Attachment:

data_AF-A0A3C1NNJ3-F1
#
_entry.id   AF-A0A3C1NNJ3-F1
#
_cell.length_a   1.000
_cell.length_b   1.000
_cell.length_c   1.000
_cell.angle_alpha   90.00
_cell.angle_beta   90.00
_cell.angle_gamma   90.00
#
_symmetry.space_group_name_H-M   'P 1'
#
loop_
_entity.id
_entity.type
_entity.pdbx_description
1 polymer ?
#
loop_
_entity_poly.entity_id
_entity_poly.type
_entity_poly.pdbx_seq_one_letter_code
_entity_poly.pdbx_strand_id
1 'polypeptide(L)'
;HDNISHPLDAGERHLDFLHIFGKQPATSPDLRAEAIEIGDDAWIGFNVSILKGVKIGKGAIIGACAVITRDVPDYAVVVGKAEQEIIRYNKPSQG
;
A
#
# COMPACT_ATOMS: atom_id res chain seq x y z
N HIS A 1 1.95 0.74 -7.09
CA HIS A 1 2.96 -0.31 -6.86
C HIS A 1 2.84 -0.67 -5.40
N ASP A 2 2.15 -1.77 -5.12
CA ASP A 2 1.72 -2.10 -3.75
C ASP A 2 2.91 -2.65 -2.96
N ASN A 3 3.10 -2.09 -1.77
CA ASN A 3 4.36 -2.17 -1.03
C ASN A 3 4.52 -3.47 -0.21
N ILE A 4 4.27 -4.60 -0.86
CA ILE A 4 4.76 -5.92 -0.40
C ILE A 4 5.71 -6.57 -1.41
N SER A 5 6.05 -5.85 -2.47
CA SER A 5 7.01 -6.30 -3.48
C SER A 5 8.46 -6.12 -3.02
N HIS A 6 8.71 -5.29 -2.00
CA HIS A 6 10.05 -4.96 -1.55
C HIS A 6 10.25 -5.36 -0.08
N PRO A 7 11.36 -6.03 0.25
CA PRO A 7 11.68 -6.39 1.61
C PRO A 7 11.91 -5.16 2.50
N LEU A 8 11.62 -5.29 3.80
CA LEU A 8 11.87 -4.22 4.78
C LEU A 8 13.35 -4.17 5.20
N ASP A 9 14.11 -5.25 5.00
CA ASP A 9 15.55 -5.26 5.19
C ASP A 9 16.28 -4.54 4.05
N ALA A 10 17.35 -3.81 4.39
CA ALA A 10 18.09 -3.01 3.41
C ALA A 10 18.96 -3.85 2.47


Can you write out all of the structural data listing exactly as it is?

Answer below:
data_AF-A0A3C1NNJ3-F1
#
_entry.id   AF-A0A3C1NNJ3-F1
#
_cell.length_a   1.000
_cell.length_b   1.000
_cell.length_c   1.000
_cell.angle_alpha   90.00
_cell.angle_beta   90.00
_cell.angle_gamma   90.00
#
_symmetry.space_group_name_H-M   'P 1'
#
loop_
_entity.id
_entity.type
_entity.pdbx_description
1 polymer ?
#
loop_
_entity_poly.entity_id
_entity_poly.type
_entity_poly.pdbx_seq_one_letter_code
_entity_poly.pdbx_strand_id
1 'polypeptide(L)'
;HDNISHPLDAGERHLDFLHIFGKQPATSPDLRAEAIEIGDDAWIGFNVSILKGVKIGKGAIIGACAVITRDVPDYAVVVGKAEQEIIRYNKPSQG
;
A
#
# COMPACT_ATOMS: atom_id res chain seq x y z
N HIS A 1 1.95 0.74 -7.09
CA HIS A 1 2.96 -0.31 -6.86
C HIS A 1 2.84 -0.67 -5.40
N ASP A 2 2.15 -1.77 -5.12
CA ASP A 2 1.72 -2.10 -3.75
C ASP A 2 2.91 -2.65 -2.96
N ASN A 3 3.10 -2.09 -1.77
CA ASN A 3 4.36 -2.17 -1.03
C ASN A 3 4.52 -3.47 -0.21
N ILE A 4 4.27 -4.60 -0.86
CA ILE A 4 4.76 -5.92 -0.40
C ILE A 4 5.71 -6.57 -1.41
N SER A 5 6.05 -5.85 -2.47
CA SER A 5 7.01 -6.30 -3.48
C SER A 5 8.46 -6.12 -3.02
N HIS A 6 8.71 -5.29 -2.00
CA HIS A 6 10.05 -4.96 -1.55
C HIS A 6 10.25 -5.36 -0.08
N PRO A 7 11.36 -6.03 0.25
CA PRO A 7 11.68 -6.39 1.61
C PRO A 7 11.91 -5.16 2.50
N LEU A 8 11.62 -5.29 3.80
CA LEU A 8 11.87 -4.22 4.78
C LEU A 8 13.35 -4.17 5.20
N ASP A 9 14.11 -5.25 5.00
CA ASP A 9 15.55 -5.26 5.19
C ASP A 9 16.28 -4.54 4.05
N ALA A 10 17.35 -3.81 4.39
CA ALA A 10 18.09 -3.01 3.41
C ALA A 10 18.96 -3.85 2.47